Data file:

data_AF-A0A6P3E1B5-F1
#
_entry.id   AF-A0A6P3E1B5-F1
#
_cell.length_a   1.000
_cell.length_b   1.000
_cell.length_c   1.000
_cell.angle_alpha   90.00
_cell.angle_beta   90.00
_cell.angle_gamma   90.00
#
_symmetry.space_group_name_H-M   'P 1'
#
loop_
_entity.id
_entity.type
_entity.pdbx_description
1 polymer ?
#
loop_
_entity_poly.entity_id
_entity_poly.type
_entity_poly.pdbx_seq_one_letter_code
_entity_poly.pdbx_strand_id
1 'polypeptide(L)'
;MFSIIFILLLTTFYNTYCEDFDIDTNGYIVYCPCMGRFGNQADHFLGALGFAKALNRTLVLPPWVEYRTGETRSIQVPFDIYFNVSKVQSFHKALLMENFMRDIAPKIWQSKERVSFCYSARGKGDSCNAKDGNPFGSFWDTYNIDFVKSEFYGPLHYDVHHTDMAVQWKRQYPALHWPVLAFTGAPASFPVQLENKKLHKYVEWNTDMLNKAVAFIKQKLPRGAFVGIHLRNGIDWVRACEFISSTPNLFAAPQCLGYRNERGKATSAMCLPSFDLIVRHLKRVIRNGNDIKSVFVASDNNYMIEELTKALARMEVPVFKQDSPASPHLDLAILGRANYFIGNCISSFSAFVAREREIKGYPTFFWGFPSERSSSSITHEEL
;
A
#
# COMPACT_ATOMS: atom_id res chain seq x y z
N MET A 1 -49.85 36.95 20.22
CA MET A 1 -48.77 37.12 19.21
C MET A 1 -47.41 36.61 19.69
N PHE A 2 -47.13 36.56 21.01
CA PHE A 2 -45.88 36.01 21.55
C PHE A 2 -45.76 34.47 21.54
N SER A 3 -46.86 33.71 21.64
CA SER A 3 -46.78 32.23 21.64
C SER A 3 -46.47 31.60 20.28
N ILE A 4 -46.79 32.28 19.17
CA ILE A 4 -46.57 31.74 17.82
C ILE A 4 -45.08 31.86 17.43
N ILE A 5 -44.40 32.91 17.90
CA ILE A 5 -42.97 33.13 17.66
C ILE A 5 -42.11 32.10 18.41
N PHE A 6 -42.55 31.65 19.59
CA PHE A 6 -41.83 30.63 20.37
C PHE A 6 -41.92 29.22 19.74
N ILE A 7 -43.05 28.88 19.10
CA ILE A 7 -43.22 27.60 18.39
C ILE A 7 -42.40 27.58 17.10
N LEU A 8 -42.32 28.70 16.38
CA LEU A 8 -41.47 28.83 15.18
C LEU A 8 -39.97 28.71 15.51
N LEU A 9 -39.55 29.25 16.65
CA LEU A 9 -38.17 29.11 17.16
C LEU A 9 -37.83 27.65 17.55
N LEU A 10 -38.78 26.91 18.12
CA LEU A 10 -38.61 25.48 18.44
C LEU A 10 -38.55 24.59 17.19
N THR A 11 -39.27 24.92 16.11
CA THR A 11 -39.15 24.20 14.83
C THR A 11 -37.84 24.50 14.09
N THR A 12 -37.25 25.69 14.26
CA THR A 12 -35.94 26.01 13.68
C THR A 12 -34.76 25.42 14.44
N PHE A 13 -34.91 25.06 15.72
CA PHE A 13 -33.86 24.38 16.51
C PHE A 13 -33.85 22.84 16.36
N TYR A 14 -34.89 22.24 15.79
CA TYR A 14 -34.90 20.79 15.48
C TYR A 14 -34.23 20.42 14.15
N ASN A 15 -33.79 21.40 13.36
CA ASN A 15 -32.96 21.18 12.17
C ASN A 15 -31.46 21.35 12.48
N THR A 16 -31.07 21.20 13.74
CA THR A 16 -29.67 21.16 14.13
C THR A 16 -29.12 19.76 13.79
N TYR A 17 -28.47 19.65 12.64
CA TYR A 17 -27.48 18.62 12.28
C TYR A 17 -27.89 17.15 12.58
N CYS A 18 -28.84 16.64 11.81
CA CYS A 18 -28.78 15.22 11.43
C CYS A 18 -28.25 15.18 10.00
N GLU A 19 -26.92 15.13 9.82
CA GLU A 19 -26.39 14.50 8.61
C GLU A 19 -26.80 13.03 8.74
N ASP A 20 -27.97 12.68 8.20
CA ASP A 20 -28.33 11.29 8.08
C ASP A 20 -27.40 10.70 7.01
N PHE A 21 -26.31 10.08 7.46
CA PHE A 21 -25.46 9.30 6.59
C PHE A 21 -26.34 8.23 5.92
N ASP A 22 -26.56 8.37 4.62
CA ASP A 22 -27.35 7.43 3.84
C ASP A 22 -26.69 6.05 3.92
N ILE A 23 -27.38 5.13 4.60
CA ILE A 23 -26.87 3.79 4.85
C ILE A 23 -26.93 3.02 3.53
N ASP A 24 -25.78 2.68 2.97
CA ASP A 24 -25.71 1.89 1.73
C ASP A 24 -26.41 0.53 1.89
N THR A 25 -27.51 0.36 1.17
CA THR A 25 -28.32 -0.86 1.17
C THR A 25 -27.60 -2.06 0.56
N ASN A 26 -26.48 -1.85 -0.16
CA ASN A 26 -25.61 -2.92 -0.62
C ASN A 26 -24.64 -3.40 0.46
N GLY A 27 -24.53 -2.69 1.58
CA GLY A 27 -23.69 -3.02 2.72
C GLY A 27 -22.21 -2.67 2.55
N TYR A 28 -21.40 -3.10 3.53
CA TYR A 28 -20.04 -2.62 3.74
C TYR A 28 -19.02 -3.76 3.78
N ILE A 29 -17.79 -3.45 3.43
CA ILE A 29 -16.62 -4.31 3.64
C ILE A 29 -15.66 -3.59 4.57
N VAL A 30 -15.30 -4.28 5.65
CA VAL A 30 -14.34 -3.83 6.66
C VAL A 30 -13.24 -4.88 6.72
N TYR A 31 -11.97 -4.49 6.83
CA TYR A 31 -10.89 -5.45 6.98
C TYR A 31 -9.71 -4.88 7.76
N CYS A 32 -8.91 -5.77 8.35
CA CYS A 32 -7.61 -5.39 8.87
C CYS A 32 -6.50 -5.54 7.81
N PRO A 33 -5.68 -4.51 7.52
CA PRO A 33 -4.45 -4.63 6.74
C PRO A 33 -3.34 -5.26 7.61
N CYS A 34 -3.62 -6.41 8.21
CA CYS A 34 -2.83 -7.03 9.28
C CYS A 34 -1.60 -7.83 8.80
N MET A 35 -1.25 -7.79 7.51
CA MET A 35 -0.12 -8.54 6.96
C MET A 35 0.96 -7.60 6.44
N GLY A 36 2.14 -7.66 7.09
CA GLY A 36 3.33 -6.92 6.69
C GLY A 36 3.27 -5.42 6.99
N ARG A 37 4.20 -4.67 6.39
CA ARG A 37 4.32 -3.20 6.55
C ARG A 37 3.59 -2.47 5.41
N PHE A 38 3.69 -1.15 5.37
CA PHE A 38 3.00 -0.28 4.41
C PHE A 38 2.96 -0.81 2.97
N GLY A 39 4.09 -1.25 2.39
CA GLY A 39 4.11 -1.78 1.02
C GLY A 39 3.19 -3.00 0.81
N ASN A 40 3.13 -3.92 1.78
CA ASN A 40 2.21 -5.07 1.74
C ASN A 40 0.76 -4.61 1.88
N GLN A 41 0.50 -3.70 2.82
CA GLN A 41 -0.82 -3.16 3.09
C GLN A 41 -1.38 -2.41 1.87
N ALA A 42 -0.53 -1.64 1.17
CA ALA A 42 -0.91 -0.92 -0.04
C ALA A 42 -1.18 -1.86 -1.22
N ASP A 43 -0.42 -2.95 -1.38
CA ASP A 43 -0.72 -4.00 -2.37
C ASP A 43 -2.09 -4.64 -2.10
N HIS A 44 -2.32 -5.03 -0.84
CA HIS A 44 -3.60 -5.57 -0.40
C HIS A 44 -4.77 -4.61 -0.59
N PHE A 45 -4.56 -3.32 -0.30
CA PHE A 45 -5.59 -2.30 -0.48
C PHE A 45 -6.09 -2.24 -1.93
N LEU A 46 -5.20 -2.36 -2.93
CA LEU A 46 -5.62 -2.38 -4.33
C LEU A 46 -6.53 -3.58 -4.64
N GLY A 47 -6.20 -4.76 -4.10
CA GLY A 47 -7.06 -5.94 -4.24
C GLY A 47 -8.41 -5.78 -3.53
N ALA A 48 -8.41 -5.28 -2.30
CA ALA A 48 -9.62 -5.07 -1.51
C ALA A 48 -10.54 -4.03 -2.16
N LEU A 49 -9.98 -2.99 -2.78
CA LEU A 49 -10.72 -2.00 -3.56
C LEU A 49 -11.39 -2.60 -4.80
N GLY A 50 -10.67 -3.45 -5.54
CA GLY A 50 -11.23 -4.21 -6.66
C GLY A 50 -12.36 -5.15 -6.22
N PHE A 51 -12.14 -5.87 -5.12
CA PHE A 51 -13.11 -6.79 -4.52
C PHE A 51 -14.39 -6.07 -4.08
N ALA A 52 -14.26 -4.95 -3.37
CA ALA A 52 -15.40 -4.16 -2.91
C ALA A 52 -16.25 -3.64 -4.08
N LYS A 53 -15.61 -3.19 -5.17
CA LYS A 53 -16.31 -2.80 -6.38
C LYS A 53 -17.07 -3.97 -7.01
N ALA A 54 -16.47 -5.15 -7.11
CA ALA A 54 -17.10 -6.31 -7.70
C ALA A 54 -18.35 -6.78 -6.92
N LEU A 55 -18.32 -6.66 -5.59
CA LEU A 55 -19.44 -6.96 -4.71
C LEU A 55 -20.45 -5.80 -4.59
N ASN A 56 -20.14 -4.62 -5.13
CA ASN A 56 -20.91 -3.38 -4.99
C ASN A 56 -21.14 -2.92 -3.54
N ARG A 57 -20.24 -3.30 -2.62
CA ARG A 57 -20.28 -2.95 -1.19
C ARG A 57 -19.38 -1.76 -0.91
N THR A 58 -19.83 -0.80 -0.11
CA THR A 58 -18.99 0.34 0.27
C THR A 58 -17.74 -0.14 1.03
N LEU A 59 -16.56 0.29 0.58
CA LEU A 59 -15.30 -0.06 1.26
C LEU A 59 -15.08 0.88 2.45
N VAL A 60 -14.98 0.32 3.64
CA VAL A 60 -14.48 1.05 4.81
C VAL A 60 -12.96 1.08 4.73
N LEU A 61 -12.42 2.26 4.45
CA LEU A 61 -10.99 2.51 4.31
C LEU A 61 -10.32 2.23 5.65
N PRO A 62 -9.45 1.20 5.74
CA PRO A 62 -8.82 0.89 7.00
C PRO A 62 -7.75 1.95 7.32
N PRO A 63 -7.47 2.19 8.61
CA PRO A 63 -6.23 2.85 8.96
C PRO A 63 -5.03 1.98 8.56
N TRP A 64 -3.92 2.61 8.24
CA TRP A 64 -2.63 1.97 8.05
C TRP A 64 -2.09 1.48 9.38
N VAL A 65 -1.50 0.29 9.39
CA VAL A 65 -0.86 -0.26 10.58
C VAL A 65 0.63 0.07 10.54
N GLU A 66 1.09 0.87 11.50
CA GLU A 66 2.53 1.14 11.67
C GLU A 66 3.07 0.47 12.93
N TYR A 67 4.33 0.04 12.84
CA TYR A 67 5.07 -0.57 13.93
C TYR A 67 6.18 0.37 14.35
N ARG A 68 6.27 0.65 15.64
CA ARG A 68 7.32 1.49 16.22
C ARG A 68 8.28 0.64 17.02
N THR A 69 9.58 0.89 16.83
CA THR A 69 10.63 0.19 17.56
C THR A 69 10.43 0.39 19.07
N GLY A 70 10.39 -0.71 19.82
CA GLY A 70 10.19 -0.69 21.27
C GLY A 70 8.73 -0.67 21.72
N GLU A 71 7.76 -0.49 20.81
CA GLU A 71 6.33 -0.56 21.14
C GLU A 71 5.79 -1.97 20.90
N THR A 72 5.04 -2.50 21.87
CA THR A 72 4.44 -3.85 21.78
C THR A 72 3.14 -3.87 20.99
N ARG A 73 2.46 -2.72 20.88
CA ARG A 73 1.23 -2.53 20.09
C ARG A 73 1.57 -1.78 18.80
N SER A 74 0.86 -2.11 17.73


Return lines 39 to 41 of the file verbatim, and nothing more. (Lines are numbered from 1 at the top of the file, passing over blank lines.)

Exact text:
C SER A 3 -46.47 31.60 20.28
N ILE A 4 -46.79 32.28 19.17
CA ILE A 4 -46.57 31.74 17.82